Here is my advice for today: write regularly, before the great opportunity comes for you, so that when it comes, you are the best writer you can be–nimble, full of great words, rich images, and disciplined by the practices that work for you.
The last time I had written in any sort of structured way was college. In the intervening years, I wrote when I felt like it, lazily and without structure. I wrote until I was bored, or finished with that particular thought, did a quick re-read for glaring errors, and then I went on to something else. All of a sudden, with Cold Tangerines, I had a monster deadline, and a blank Word document staring back at me, and I had to learn very quickly how to get the words on the page, no matter how blocked and scrambled I felt.
So my advice is this: develop a writing practice that works for you, and do it with discipline and regularity. Write once a week, or every morning, or on the third Thursday of the month, or when the moon is full. But whatever you do, don’t just write when you feel like it. Write when you’ve said that you will. This is important for lots of reasons. First, it slaughters the idea that inspiration is everything. Writing is work, and we will never write well as long as we think that something kooky and mystical has to happen in order for us to feel inspired.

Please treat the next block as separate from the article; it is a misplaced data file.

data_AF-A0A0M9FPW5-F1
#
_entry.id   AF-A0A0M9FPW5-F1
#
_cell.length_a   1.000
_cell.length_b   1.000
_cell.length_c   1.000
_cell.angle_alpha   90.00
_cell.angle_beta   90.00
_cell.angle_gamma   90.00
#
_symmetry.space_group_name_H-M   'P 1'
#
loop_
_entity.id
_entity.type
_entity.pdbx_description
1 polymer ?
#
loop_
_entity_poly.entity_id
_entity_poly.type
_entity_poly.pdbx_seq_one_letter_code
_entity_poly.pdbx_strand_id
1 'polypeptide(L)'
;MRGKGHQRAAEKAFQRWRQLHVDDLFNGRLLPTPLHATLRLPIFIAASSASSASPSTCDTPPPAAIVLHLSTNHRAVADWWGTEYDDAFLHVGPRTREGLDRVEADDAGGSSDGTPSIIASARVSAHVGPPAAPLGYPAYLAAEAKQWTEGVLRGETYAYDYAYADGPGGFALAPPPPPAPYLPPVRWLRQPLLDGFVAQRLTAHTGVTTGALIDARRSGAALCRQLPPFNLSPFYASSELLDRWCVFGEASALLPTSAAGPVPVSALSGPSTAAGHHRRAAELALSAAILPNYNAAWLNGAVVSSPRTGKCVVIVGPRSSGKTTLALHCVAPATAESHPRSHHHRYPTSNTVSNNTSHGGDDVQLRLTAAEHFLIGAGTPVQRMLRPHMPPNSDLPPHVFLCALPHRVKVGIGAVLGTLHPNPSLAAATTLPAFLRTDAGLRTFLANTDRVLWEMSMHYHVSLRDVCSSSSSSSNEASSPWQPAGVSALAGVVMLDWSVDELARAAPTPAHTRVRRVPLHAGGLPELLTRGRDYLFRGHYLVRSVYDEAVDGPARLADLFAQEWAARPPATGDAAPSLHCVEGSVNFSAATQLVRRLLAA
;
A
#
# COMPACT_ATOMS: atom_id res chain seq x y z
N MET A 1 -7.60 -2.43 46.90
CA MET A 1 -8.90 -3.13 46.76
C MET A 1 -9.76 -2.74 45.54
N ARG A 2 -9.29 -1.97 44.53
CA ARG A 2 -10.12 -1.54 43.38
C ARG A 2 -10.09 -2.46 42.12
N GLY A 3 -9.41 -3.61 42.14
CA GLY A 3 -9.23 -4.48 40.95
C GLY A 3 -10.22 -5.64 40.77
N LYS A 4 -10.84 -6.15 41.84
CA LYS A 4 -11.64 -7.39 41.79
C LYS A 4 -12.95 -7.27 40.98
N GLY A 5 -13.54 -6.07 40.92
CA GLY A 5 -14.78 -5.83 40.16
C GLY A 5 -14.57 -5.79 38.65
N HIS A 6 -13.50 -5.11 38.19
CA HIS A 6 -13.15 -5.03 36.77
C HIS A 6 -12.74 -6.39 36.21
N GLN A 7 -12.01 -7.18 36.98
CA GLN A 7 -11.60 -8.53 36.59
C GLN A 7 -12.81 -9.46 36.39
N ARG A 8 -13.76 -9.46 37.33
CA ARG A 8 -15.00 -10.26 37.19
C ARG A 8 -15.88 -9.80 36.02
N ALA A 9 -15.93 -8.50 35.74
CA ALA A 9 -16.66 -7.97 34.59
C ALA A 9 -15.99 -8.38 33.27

I don’t feel inspired to change diapers in the middle of the night, but I do it. I don’t feel inspired to do the laundry, but when I finally do it, I find that there is something soothing about folding each item, smoothing it into a drawer, lovely-smelling and ready to be worn. Writing, I find, is the same way. I don’t necessarily feel filled with butterflies and genius when I sit down to do it, but a few hours later, I feel proud for having worked hard, both emptied and filled, both in good ways. William Zinsser, in his great book On Writing Well, says that he doesn’t like writing, but that he very much enjoys having written. Some days it’s like that. People who run tell me that it’s the same way: you do it for the feeling you get when it’s over.
Tears stream down your face
When you lose something you cannot replace
Tears stream down your face
I promise you I will learn from my mistakes
Lights will guide you home
And ignite your bones
And I will try… to fix you
A friend I know said she “had an encounter with God” listening to this song. There’s just something about it that’s electric.
The lyrics, while interesting and somewhat compelling, aren’t all that poetic or life-changing. There’s nothing musically complicated about the song, either: a simple bass line on the organ, a two-note piano lead on top of that, a three-chord acoustic guitar part, and delay-driven, unforgettable two-note electric guitar riff.
Each piece of “Fix You” — in and of itself — is nothing that a high school band geek who dreams of his own mediocre rock band couldn’t do. But the genius of Coldplay is that they put it all together; they layer it, build the tension, and wait for the final arrival that thrills their listeners.